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Featured Issue: Central American Humanitarian Crisis

In the summer of 2014, the steadily increasing levels of violence and insecurity in the Northern Triangle of Central America (Guatemala, Honduras and El Salvador) reached peak levels and erupted into a regional humanitarian crisis. Record numbers of unaccompanied children and families were fleeing — not only to the United States. Mexico, Panama, Nicaragua, Costa Rica, and Belize all experienced a 1,185% increase in asylum applications from nationals of El Salvador, Guatemala, and Honduras between 2008 and 2014.

Though President Obama initially called for a humanitarian response, soon thereafter he called it a border security problem demanding a deterrence strategy.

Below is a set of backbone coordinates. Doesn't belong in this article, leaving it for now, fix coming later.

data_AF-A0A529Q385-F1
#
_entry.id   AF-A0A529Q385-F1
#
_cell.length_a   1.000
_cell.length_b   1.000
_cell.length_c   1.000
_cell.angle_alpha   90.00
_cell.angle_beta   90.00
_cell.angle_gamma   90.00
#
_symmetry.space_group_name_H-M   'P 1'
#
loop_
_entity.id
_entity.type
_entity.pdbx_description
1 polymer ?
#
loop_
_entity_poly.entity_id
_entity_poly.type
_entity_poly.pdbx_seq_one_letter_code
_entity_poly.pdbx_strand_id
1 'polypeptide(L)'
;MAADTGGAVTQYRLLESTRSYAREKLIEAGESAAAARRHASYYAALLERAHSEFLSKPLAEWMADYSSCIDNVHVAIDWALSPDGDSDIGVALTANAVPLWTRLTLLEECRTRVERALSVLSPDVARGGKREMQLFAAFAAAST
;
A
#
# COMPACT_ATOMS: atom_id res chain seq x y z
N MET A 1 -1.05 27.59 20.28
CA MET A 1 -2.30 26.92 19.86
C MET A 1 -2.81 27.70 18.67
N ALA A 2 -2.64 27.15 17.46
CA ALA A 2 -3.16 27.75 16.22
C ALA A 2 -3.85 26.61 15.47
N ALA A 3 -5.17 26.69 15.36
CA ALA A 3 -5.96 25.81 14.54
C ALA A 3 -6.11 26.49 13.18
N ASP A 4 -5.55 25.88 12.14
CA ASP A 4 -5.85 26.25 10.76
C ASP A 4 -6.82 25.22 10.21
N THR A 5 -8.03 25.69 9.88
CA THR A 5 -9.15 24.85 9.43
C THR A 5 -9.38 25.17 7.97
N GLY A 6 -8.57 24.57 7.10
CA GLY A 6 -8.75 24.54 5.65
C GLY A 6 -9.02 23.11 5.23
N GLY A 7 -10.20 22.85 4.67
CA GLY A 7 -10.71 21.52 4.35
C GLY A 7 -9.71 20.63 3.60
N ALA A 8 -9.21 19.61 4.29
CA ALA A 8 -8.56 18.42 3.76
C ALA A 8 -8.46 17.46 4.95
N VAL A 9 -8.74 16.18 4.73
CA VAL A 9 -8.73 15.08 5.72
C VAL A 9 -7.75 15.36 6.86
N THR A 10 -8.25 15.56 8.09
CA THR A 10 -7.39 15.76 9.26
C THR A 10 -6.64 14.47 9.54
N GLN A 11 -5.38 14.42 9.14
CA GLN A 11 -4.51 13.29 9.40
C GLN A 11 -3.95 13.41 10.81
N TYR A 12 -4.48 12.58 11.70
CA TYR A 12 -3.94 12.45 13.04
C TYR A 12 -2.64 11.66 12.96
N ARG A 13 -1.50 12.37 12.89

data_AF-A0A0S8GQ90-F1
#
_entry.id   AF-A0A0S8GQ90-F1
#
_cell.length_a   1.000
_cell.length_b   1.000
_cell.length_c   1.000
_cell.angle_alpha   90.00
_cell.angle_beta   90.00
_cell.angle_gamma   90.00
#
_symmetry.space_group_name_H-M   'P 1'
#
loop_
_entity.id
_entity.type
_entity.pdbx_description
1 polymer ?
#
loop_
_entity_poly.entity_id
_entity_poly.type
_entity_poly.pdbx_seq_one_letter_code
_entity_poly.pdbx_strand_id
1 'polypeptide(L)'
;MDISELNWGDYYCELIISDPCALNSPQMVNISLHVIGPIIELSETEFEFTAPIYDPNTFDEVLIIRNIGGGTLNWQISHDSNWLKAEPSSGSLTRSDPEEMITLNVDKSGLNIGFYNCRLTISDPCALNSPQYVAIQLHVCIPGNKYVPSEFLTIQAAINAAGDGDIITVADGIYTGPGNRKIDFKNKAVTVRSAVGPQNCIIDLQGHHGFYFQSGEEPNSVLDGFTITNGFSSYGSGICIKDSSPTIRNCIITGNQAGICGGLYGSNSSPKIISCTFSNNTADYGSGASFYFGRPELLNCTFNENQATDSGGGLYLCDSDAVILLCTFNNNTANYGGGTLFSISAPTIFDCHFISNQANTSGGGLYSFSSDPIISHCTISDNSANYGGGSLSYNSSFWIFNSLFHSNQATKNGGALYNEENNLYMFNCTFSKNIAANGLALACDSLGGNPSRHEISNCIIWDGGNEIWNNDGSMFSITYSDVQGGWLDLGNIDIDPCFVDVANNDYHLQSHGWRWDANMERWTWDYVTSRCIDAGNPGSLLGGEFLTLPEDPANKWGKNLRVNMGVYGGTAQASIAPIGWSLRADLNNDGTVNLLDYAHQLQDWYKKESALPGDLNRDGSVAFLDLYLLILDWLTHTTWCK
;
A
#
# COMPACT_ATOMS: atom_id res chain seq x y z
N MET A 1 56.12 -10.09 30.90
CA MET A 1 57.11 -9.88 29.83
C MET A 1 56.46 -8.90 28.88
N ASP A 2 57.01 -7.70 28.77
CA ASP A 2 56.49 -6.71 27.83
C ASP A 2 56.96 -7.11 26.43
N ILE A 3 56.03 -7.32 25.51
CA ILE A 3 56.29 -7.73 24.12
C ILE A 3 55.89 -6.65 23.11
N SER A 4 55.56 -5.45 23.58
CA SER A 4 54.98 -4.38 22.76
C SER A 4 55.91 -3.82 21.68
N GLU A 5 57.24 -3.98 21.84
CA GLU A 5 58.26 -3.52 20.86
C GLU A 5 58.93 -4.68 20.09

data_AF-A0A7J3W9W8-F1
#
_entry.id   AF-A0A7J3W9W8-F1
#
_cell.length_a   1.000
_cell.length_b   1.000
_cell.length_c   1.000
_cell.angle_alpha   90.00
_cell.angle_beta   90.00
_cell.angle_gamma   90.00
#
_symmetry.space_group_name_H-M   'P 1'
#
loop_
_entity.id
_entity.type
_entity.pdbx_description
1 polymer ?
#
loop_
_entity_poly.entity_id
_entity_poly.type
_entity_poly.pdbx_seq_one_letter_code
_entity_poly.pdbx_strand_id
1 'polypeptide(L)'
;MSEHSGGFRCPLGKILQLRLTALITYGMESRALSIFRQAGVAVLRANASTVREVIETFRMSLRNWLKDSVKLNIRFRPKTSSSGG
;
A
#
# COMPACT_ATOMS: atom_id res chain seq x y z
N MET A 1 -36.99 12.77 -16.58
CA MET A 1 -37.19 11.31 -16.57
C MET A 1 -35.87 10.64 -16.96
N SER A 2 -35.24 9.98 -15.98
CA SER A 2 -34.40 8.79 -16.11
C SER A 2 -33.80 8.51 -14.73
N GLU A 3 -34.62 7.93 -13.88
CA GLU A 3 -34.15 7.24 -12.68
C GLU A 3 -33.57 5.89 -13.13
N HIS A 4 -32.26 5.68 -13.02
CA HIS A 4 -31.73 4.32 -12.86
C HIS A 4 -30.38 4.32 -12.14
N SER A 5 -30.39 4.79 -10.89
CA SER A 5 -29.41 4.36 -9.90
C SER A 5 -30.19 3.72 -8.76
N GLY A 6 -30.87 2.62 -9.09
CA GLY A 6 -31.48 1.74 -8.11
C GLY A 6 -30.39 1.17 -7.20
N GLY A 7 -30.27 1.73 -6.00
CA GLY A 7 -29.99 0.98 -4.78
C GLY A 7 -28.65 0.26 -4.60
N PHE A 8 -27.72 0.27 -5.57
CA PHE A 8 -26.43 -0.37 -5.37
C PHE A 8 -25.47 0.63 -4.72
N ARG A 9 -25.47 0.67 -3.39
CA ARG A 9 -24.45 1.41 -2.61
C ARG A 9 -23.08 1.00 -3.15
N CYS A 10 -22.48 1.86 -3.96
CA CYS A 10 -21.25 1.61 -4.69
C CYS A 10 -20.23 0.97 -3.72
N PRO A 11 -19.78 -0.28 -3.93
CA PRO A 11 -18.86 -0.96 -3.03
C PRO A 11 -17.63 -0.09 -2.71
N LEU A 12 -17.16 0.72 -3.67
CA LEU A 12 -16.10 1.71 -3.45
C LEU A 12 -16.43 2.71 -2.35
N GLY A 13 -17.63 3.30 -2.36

In late 2015, the number of Central American families crossing the border increased, again. In the last week of December 2015, The Washington Post and other news source widely reported that in DHS intended to do roundups nationwide to deport Central American families. On January 4, 2016, DHS Secretary Johnson confirmed that 121 adults and children were apprehended in raids during the New Year's weekend across the country. AILA has condemned the administration's inhumane tactics to detain and deport families seeking protection.

"We should offer help to those seeking refuge from persecution and violence whether they fled from war in Syria, Iraq, or Afghanistan or from gangs, rape, or domestic violence in Honduras, Guatemala, or El Salvador," said AILA President Victor Nieblas Pradis. "No matter which land they have been driven from, our laws guarantee humanitarian protection."

DHS Raids on Central American Families

AILA Member Action Items

Attempts to Undermine Protections for Asylees and Unaccompanied Children